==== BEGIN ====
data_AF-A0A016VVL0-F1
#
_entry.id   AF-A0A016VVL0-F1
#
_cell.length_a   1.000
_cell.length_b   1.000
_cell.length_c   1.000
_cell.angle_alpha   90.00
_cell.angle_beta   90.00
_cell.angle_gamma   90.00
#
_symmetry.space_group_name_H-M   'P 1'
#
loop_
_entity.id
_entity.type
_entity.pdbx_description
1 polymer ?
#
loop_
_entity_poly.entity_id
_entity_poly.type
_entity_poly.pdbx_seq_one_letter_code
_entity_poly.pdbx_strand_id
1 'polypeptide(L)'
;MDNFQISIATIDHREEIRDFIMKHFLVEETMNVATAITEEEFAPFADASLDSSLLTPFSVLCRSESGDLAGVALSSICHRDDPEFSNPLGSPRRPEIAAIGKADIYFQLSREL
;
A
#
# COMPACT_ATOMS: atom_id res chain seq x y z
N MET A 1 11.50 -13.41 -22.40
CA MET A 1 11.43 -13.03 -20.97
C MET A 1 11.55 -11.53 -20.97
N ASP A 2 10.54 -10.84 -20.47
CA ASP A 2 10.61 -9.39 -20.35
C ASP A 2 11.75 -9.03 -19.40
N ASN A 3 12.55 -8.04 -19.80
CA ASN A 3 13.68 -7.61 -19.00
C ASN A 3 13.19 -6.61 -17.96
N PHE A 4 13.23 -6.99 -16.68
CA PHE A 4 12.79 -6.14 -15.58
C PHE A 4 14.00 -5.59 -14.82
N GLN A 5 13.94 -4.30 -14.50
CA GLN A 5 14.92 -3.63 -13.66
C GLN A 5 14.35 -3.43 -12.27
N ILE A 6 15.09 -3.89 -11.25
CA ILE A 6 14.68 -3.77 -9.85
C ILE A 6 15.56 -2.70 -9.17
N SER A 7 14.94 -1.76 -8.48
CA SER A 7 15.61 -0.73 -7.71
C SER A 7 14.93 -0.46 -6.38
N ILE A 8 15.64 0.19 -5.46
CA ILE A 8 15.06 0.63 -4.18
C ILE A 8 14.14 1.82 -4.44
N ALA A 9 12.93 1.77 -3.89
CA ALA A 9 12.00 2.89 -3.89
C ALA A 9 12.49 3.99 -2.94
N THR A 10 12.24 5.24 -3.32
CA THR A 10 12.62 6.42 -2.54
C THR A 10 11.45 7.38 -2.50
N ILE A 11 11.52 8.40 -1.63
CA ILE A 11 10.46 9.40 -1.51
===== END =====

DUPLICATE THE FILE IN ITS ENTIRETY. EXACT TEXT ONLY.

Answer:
data_AF-A0A016VVL0-F1
#
_entry.id   AF-A0A016VVL0-F1
#
_cell.length_a   1.000
_cell.length_b   1.000
_cell.length_c   1.000
_cell.angle_alpha   90.00
_cell.angle_beta   90.00
_cell.angle_gamma   90.00
#
_symmetry.space_group_name_H-M   'P 1'
#
loop_
_entity.id
_entity.type
_entity.pdbx_description
1 polymer ?
#
loop_
_entity_poly.entity_id
_entity_poly.type
_entity_poly.pdbx_seq_one_letter_code
_entity_poly.pdbx_strand_id
1 'polypeptide(L)'
;MDNFQISIATIDHREEIRDFIMKHFLVEETMNVATAITEEEFAPFADASLDSSLLTPFSVLCRSESGDLAGVALSSICHRDDPEFSNPLGSPRRPEIAAIGKADIYFQLSREL
;
A
#
# COMPACT_ATOMS: atom_id res chain seq x y z
N MET A 1 11.50 -13.41 -22.40
CA MET A 1 11.43 -13.03 -20.97
C MET A 1 11.55 -11.53 -20.97
N ASP A 2 10.54 -10.84 -20.47
CA ASP A 2 10.61 -9.39 -20.35
C ASP A 2 11.75 -9.03 -19.40
N ASN A 3 12.55 -8.04 -19.80
CA ASN A 3 13.68 -7.61 -19.00
C ASN A 3 13.19 -6.61 -17.96
N PHE A 4 13.23 -6.99 -16.68
CA PHE A 4 12.79 -6.14 -15.58
C PHE A 4 14.00 -5.59 -14.82
N GLN A 5 13.94 -4.30 -14.50
CA GLN A 5 14.92 -3.63 -13.66
C GLN A 5 14.35 -3.43 -12.27
N ILE A 6 15.09 -3.89 -11.25
CA ILE A 6 14.68 -3.77 -9.85
C ILE A 6 15.56 -2.70 -9.17
N SER A 7 14.94 -1.76 -8.48
CA SER A 7 15.61 -0.73 -7.71
C SER A 7 14.93 -0.46 -6.38
N ILE A 8 15.64 0.19 -5.46
CA ILE A 8 15.06 0.63 -4.18
C ILE A 8 14.14 1.82 -4.44
N ALA A 9 12.93 1.77 -3.89
CA ALA A 9 12.00 2.89 -3.89
C ALA A 9 12.49 3.99 -2.94
N THR A 10 12.24 5.24 -3.32
CA THR A 10 12.62 6.42 -2.54
C THR A 10 11.45 7.38 -2.50
N ILE A 11 11.52 8.40 -1.63
CA ILE A 11 10.46 9.40 -1.51